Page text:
My heart is breaking… (doggie sadness)
Part 1, Tuesday:
Our little doggie, Tally, whom we have only had for not quite 2½ years, is sick.
She first seemed to have a little cold in late January, then recovered, then two weeks after that, in mid-February, seemed to come back down with it again, or something… She had a decrease in appetite and spunk. We thought, “Oh, she’s just tired of this food,” so we changed it. We thought, “Oh, we just need to spend more time with her” which, golly, we’re home all day, she gets a LOT of time spent with her. Wesley in particular LIVES with her — she sleeps with him, she lays all over him when he’s on the floor, etc. But, we made a point to spend more particular time with just her, give her extra love… We thought, “Well, it’s been a while since we de-wormed her” so we gave her both kinds of de-worming medication.
But, nothing seemed to have any affect.
In the last week or so, her she’s been having trouble moving, her energy has severely dropped, she’s not eating much, and this morning, as I was observing her, I thought, “I think she’s not seeing very well.”
I looked up symptoms online, and from what I can tell, it seems to be distemper. There’s nothing to cure a dog from distemper. Unless a dog can beat it on its own, which dogs can, in mild cases, distemper becomes fatal.
I e-mailed… well, Cheryl, the daughter of Tally’s former owner. I have a good relationship with Cheryl; she’s the one who helped us find our old dog, Hayley, and who helped us find Tally. She kindly returned my e-mail with a phone call. She gave me the name and number of the breeder, in Texas. We knew that Tally had had some kind of illness as a little puppy, but from talking with Cheryl, it appears that maybe it was worse that we had thought. We had never given it much thought, because all the time we’ve owned Tally, she’s been the picture of health. Now, I’m wondering if maybe she had a mild case of distemper as a puppy.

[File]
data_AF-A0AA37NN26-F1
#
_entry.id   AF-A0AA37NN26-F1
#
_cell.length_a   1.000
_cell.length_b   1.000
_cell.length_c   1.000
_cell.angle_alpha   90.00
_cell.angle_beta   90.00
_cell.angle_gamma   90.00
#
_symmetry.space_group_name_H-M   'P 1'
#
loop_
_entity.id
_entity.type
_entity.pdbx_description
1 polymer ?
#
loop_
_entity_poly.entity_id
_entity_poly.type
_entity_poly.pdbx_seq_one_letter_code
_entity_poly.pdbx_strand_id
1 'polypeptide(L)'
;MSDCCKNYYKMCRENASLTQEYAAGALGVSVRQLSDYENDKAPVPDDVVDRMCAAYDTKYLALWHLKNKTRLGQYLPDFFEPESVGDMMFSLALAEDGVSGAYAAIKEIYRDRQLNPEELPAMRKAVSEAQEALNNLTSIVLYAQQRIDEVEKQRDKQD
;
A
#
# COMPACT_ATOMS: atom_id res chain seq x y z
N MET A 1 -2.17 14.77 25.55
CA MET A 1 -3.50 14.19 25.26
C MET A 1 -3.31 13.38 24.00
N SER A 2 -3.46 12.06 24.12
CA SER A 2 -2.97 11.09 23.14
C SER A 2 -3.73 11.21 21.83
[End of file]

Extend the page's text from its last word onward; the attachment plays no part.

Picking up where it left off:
From what I’ve read, dogs can come down with a mild case, recover, then later on, severe symptoms can recur. I’m wondering if maybe with her little cold in January, her immune system became depressed, which allowed the distemper virus to flare back up. I don’t know for certain.
I’m eager to hear back from the breeder, for whom I left a message.
We’ll be taking Tally to the vet tomorrow. I’m not so eager about that. Unless I’m misunderstanding things, the only way to really diagnose distemper is to do 20 billion blood tests to rule out other diseases. And then, if it is distemper, and if symptoms are serious, euthanasia is recommended. 😦
Martin and I need a lot lot lot of wisdom on how to handle this with the kids. If we do need to put Tally to sleep, that will be two dogs dying within three years. That’s just hard. Really hard.
Part 2, Wednesday:
Today, I am feeling a lot better about Tally’s prognosis. We actually decided to take Tally to the vet yesterday; we didn’t want to wait until today. That meant missing a baseball practice, but, oh, well. Five kids (including a 5mo baby, past her mealtime) and a sick dog in the vet’s office by myself. Yee haw. Martin did arrive after we’d been there for about 30 minutes, and that’s always a … I don’t know what to call it. He brings peace with him, always. It’s a blessing.